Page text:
As Peabody Energy Corp. stumbled toward bankruptcy last year, its Wall Street adviser raised a red flag for management.

Two powerful and litigious distressed-debt hedge funds held Peabody bonds. “Both are bomb throwers and we should be very suspicious,” wrote Tyler Cowan, a restructuring expert at Lazard Ltd.

Six months later, in April, the world’s largest private-sector coal company was in bankruptcy. And, sure enough, the two New York hedge funds -- Paul Singer’s Elliott Management Corp. and Mark Brodsky’s Aurelius Capital Management -- soon became embroiled in a bitter $1 billion dispute as they sought to extract a bigger share of Peabody’s assets.

The showdown has pitted Elliott and Aurelius against a Citigroup-led pool of lenders, and it centers on an arcane accounting change that highlights how the two funds, coming off a bruising, decade-long debt battle with Argentina, relentlessly look to gain an edge in bankruptcy proceedings.

In court filings, including emails and handwritten notes by Peabody executives, Elliott and Aurelius are shown to have privately lobbied management to make the accounting change that would shift $1 billion in collateral to benefit themselves and other holders of around $4 billion in unsecured bonds.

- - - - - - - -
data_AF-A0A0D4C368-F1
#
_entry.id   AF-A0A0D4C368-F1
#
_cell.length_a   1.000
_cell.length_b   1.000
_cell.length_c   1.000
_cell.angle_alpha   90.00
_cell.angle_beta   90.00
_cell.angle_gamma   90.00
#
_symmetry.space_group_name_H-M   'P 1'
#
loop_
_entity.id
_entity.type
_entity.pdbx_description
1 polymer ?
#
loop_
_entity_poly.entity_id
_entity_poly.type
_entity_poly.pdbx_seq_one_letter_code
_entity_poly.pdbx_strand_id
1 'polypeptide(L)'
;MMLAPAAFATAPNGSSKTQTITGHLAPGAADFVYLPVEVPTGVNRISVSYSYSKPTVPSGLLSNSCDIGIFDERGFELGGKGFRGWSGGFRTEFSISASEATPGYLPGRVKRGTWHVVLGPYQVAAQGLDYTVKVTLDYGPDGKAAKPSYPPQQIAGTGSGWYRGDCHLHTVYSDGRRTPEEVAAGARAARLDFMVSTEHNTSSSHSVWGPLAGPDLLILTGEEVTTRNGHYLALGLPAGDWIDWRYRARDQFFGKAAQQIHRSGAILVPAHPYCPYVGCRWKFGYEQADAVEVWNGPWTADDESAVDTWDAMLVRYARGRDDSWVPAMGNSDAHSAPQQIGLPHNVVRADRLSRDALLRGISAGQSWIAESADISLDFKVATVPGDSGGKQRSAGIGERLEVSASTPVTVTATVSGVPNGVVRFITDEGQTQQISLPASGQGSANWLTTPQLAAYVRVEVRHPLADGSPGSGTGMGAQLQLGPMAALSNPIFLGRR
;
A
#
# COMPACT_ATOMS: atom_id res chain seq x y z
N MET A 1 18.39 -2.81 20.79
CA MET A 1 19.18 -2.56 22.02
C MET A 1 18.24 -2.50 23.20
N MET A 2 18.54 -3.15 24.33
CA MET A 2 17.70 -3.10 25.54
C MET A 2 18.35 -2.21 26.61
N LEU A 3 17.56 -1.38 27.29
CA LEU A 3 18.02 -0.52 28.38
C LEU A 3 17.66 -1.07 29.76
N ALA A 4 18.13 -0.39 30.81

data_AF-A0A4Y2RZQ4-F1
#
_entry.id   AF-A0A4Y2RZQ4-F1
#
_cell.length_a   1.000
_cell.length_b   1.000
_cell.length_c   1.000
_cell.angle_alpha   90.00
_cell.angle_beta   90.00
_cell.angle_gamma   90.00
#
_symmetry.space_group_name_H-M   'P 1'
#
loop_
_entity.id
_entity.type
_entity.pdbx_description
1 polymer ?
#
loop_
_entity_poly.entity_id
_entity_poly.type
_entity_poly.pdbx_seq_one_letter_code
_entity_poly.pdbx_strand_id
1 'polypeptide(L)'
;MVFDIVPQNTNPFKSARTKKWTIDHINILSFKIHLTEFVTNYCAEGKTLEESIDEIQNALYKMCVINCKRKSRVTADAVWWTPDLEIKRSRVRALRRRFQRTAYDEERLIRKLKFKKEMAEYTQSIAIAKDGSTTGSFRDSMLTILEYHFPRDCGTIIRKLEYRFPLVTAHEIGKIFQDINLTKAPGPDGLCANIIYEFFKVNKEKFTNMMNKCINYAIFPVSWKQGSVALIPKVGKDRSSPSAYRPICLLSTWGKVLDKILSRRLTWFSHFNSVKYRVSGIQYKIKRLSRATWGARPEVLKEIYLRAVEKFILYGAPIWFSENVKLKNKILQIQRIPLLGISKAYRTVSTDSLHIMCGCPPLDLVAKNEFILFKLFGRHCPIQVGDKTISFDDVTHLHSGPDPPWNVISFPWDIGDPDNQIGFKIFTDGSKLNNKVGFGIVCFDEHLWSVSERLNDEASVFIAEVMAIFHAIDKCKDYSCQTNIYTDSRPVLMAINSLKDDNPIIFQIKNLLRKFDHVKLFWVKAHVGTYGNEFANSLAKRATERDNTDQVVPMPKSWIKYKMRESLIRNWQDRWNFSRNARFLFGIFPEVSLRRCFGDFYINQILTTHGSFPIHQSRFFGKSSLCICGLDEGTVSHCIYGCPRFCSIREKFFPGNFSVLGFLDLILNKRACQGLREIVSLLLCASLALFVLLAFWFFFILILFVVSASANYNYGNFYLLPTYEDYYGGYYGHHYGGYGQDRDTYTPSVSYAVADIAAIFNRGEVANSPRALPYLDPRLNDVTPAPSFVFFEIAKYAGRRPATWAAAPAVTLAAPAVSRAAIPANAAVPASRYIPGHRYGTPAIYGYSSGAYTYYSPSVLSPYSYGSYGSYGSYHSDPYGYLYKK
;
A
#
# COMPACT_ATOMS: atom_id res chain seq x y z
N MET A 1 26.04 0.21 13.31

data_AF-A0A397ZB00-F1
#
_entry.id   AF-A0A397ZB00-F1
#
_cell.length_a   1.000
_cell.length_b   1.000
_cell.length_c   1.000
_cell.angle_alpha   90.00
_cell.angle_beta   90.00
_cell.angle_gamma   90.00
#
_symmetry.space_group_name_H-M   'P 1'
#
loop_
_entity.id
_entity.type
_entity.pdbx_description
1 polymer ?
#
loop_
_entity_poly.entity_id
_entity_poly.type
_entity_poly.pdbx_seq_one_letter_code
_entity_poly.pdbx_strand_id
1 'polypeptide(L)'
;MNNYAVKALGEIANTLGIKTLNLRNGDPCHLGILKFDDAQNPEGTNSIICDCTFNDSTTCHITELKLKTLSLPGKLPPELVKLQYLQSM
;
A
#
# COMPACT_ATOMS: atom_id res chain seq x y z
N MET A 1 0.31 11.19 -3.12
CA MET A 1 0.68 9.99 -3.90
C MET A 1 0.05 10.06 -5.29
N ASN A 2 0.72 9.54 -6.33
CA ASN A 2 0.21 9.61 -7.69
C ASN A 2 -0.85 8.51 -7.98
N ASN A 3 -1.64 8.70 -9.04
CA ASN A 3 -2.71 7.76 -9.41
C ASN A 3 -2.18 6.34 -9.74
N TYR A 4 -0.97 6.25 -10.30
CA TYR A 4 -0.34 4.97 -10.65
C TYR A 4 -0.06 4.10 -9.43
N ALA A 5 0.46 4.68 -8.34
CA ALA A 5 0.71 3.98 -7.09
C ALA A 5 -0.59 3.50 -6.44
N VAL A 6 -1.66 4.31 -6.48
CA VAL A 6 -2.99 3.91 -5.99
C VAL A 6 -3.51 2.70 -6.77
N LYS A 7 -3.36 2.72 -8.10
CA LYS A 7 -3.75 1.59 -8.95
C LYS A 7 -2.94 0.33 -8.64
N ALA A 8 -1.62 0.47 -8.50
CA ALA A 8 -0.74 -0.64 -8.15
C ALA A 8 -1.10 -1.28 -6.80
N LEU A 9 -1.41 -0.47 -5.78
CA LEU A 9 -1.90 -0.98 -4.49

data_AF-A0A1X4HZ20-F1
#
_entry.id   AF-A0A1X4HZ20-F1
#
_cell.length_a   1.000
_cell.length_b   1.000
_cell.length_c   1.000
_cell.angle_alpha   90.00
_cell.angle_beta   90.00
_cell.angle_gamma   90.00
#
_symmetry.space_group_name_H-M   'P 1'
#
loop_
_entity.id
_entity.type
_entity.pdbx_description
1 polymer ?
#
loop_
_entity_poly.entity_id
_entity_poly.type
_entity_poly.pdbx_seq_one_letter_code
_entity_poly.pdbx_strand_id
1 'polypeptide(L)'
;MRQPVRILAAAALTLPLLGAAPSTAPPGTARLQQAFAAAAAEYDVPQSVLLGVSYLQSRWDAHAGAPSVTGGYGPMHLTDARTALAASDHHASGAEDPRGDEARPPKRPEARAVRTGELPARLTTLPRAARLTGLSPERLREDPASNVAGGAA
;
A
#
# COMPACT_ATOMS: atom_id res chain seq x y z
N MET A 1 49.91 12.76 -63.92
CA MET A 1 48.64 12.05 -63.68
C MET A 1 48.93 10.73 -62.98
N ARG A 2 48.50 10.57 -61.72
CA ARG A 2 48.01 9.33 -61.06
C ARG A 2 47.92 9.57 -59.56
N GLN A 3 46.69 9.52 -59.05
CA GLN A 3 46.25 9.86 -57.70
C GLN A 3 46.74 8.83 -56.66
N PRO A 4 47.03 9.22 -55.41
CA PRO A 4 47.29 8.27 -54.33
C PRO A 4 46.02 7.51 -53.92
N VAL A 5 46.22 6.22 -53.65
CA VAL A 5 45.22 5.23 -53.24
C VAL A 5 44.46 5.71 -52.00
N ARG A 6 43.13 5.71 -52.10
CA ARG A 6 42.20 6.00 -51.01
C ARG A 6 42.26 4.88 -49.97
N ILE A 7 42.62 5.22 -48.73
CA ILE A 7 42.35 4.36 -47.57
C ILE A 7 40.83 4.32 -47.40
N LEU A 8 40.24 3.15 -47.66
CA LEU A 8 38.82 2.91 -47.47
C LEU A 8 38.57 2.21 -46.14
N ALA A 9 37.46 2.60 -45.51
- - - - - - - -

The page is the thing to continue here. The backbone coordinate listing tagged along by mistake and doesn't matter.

‘Fictional Tale’

The lenders led by Citigroup Inc., an agent to $2.8 billion in secured debt, contend that those assets rightly belong to them. Peabody caved to the demands of the hedge funds in their effort to “drive up their own recovery at the expense” of the secured creditors, Citibank says in court filings. Franklin Resources Inc., with 21 percent of one tranche of the debt, is among the biggest secured lenders.

Peabody dismisses the assertions as “an elaborate -- and wholly fictional -- tale of conspiracy.” There’s no evidence, it says, that management was “co-opted” or “acting at the direction” of the hedge funds and other unsecured lenders.

Elliott and Aurelius say in filings that in fact it was the Citi-led lenders that used their clout to get a leg up in the bankruptcy. The two firms, which lead a group that includes AllianceBernstein and Capital Research & Management, aren’t alleged to have engaged in any wrongdoing.

Allocation Dispute